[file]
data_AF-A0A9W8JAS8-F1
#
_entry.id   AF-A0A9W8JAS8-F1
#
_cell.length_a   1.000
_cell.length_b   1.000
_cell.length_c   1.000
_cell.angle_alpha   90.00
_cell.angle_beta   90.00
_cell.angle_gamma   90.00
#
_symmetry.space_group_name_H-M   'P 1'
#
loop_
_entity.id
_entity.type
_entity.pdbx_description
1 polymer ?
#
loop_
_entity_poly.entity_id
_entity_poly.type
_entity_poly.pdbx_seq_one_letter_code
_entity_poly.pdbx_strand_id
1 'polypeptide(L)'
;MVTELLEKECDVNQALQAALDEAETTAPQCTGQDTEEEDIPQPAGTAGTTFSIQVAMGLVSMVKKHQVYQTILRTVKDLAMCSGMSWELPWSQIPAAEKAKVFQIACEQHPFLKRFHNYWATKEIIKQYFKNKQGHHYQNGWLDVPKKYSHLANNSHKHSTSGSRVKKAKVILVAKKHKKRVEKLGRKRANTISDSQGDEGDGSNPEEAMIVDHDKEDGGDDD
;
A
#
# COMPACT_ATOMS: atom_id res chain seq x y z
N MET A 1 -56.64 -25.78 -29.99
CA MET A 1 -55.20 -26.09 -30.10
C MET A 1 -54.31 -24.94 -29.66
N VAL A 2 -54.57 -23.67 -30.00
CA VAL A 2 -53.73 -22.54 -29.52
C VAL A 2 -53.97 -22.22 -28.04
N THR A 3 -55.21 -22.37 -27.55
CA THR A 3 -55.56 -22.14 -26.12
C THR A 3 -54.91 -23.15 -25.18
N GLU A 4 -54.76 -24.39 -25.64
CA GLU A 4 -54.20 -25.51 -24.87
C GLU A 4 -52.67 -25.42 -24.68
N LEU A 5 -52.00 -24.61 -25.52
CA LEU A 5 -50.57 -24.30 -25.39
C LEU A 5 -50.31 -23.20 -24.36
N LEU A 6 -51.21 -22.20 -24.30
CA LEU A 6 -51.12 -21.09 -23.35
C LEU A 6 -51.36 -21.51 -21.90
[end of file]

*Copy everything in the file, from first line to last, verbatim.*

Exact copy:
data_AF-A0A9W8JAS8-F1
#
_entry.id   AF-A0A9W8JAS8-F1
#
_cell.length_a   1.000
_cell.length_b   1.000
_cell.length_c   1.000
_cell.angle_alpha   90.00
_cell.angle_beta   90.00
_cell.angle_gamma   90.00
#
_symmetry.space_group_name_H-M   'P 1'
#
loop_
_entity.id
_entity.type
_entity.pdbx_description
1 polymer ?
#
loop_
_entity_poly.entity_id
_entity_poly.type
_entity_poly.pdbx_seq_one_letter_code
_entity_poly.pdbx_strand_id
1 'polypeptide(L)'
;MVTELLEKECDVNQALQAALDEAETTAPQCTGQDTEEEDIPQPAGTAGTTFSIQVAMGLVSMVKKHQVYQTILRTVKDLAMCSGMSWELPWSQIPAAEKAKVFQIACEQHPFLKRFHNYWATKEIIKQYFKNKQGHHYQNGWLDVPKKYSHLANNSHKHSTSGSRVKKAKVILVAKKHKKRVEKLGRKRANTISDSQGDEGDGSNPEEAMIVDHDKEDGGDDD
;
A
#
# COMPACT_ATOMS: atom_id res chain seq x y z
N MET A 1 -56.64 -25.78 -29.99
CA MET A 1 -55.20 -26.09 -30.10
C MET A 1 -54.31 -24.94 -29.66
N VAL A 2 -54.57 -23.67 -30.00
CA VAL A 2 -53.73 -22.54 -29.52
C VAL A 2 -53.97 -22.22 -28.04
N THR A 3 -55.21 -22.37 -27.55
CA THR A 3 -55.56 -22.14 -26.12
C THR A 3 -54.91 -23.15 -25.18
N GLU A 4 -54.76 -24.39 -25.64
CA GLU A 4 -54.20 -25.51 -24.87
C GLU A 4 -52.67 -25.42 -24.68
N LEU A 5 -52.00 -24.61 -25.52
CA LEU A 5 -50.57 -24.30 -25.39
C LEU A 5 -50.31 -23.20 -24.36
N LEU A 6 -51.21 -22.20 -24.30
CA LEU A 6 -51.12 -21.09 -23.35
C LEU A 6 -51.36 -21.51 -21.90